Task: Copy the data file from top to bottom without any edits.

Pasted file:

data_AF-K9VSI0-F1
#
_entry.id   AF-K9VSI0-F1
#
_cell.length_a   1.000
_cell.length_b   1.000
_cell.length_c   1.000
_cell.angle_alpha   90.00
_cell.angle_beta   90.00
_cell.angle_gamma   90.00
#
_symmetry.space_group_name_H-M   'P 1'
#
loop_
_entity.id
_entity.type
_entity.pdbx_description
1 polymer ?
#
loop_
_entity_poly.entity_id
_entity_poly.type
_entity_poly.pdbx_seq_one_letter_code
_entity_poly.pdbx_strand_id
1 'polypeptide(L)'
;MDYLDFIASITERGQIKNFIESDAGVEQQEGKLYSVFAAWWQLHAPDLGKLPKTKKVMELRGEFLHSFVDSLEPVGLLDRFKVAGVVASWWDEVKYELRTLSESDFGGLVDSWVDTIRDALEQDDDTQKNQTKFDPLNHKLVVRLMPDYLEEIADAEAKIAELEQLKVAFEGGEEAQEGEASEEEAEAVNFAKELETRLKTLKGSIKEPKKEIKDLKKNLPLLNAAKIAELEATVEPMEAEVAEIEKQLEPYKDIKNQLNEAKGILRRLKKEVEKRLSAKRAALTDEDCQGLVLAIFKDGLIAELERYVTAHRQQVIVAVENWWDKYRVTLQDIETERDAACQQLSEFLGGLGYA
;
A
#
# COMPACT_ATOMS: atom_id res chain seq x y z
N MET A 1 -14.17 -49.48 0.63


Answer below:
data_AF-K9VSI0-F1
#
_entry.id   AF-K9VSI0-F1
#
_cell.length_a   1.000
_cell.length_b   1.000
_cell.length_c   1.000
_cell.angle_alpha   90.00
_cell.angle_beta   90.00
_cell.angle_gamma   90.00
#
_symmetry.space_group_name_H-M   'P 1'
#
loop_
_entity.id
_entity.type
_entity.pdbx_description
1 polymer ?
#
loop_
_entity_poly.entity_id
_entity_poly.type
_entity_poly.pdbx_seq_one_letter_code
_entity_poly.pdbx_strand_id
1 'polypeptide(L)'
;MDYLDFIASITERGQIKNFIESDAGVEQQEGKLYSVFAAWWQLHAPDLGKLPKTKKVMELRGEFLHSFVDSLEPVGLLDRFKVAGVVASWWDEVKYELRTLSESDFGGLVDSWVDTIRDALEQDDDTQKNQTKFDPLNHKLVVRLMPDYLEEIADAEAKIAELEQLKVAFEGGEEAQEGEASEEEAEAVNFAKELETRLKTLKGSIKEPKKEIKDLKKNLPLLNAAKIAELEATVEPMEAEVAEIEKQLEPYKDIKNQLNEAKGILRRLKKEVEKRLSAKRAALTDEDCQGLVLAIFKDGLIAELERYVTAHRQQVIVAVENWWDKYRVTLQDIETERDAACQQLSEFLGGLGYA
;
A
#
# COMPACT_ATOMS: atom_id res chain seq x y z
N MET A 1 -14.17 -49.48 0.63